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Complications

Most conjoined twins die in the womb (stillborn) or soon after birth.

Conjoined twins must be delivered by cesarean section. About 40 to 60 percent of conjoined twins are stillborn. Of conjoined twins born alive, less than half survive long enough to be candidates for separation surgery.

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Tests and diagnosis

Conjoined twins can be diagnosed using standard ultrasound as early as the first trimester. More-detailed ultrasounds and echocardiograms can be used about halfway through pregnancy to better determine the extent of the twins' connection and functioning of their organs. False-positive results can occur before 10 weeks, however, when identical twins who share an amniotic sac (monoamniotic twins) may appear conjoined.

If an ultrasound detects conjoined twins, a magnetic resonance imaging (MRI) scan may be done. It can provide greater detail about where the conjoined twins are connected and which organs they share.

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Treatments and drugs

Treatment of conjoined twins depends on their unique circumstances — their health, where they're joined, and whether they share organs or other vital structures.

If you’re carrying conjoined twins, you will be very closely monitored throughout your pregnancy. You will be best served by a team of doctors who work to learn as much as possible about your twins' anatomy, functional capabilities and prognosis after birth. Having this information can help your doctors form a treatment plan for your twins.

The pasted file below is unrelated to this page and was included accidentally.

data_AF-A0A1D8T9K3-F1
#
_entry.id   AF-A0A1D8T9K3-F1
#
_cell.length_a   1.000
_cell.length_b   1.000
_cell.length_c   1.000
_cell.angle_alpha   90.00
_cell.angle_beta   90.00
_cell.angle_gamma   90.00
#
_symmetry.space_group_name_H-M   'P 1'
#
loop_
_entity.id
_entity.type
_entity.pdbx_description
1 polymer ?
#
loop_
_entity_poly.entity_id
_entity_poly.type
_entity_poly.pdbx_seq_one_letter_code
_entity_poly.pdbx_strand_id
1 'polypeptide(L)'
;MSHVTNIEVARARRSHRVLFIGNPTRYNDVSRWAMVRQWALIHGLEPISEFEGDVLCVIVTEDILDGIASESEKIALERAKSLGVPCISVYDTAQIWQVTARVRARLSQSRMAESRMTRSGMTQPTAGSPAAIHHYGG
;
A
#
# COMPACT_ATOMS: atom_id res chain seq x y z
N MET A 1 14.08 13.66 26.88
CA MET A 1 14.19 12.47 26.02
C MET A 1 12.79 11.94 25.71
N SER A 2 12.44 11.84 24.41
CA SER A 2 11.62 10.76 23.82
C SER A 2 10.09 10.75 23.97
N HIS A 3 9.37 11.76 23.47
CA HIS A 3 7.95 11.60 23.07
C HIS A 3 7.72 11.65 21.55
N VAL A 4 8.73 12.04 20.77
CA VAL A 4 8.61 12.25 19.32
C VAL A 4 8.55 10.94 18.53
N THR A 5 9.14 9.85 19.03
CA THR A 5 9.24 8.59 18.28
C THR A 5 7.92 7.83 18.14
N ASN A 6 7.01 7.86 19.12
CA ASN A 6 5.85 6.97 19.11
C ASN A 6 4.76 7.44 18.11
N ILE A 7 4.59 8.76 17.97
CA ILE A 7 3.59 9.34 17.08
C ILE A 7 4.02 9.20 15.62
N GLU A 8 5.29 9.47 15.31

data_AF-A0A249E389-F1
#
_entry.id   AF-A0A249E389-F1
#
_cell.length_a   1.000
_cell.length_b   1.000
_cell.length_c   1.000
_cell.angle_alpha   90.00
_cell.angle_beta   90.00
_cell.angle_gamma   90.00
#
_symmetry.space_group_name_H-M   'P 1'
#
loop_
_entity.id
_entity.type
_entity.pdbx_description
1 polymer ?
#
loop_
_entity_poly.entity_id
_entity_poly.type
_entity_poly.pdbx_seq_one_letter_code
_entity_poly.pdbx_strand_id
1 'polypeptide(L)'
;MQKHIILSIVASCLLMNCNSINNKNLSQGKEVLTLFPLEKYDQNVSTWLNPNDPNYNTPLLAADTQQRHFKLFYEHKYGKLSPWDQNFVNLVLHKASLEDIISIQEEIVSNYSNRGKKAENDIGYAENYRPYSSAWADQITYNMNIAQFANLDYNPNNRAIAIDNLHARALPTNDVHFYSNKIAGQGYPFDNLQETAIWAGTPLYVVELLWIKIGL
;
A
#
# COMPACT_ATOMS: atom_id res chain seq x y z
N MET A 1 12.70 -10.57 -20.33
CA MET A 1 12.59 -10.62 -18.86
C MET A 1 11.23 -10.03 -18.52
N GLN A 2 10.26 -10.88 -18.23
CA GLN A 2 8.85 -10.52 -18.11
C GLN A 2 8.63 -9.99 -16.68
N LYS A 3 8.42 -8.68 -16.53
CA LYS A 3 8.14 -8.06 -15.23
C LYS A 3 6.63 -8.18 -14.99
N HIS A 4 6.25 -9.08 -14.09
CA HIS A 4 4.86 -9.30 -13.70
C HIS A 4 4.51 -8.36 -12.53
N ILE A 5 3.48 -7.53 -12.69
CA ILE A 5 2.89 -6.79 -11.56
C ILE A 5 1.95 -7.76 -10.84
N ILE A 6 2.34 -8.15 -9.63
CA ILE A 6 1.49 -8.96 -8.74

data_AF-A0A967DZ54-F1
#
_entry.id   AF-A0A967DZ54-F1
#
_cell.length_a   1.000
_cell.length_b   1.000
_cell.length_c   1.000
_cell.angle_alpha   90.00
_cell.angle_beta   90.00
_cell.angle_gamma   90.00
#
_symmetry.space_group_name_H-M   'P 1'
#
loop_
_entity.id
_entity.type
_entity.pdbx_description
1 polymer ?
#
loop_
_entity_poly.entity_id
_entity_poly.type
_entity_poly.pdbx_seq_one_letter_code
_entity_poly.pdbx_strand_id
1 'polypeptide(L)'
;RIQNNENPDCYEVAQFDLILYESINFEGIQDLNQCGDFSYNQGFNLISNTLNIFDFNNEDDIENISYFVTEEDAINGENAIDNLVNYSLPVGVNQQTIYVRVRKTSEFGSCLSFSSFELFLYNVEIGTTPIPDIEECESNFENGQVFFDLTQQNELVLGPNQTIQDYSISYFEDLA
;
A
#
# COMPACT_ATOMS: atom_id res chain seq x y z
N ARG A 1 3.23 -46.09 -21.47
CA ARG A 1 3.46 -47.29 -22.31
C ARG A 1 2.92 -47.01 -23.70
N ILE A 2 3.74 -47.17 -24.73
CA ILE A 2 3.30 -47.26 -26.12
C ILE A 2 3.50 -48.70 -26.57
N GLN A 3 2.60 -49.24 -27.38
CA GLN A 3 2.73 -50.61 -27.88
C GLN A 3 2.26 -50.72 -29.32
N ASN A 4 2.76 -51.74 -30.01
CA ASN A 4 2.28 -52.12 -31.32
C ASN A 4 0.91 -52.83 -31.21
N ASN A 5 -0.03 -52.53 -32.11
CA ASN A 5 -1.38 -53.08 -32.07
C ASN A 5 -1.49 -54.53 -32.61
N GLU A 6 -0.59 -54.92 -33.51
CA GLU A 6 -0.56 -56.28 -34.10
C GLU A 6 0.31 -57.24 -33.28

A surgical delivery (C-section) is planned ahead of time, often two to four weeks before the due date.

After your conjoined twins are born, you and your doctors must decide whether separation surgery should be attempted. An emergency separation may be needed if one of the twins dies, develops a life-threatening condition or threatens the survival of the other twin. More often, however, separation surgery is an elective procedure done two to four months after birth. Recent advances in prenatal imaging, critical care and anesthetic care have improved outcomes in separation surgery.

Many factors weigh heavily in the decision to pursue separation surgery, such as:

  • Do the twins share vital organs?
  • Are the twins healthy enough to withstand separation surgery?
  • What are the odds of successful separation?
  • What type of reconstructive surgery might be needed for each twin after successful separation?
  • What issues would the twins face if left conjoined?

If the circumstances are grave and separation surgery isn't possible or you decide not to pursue the surgery, comfort care — such as nutrition, fluids, human touch and pain relief — is provided as needed.

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Coping and support

Few things are harder than to learn that your unborn child has a life-threatening condition. In the case of conjoined twins, this is doubly difficult — not only because there are two babies involved but also because the children who survive may face tremendous obstacles. Parents in these situations must grapple with very difficult decisions.

Because conjoined twins are rare, it may be difficult to find resources for conjoined twins or their families. But there are a number of organizations that support parents who have lost children or who have children with grave physical conditions. Your medical team can put you in touch with some of these groups as well as with medical social workers and counselors.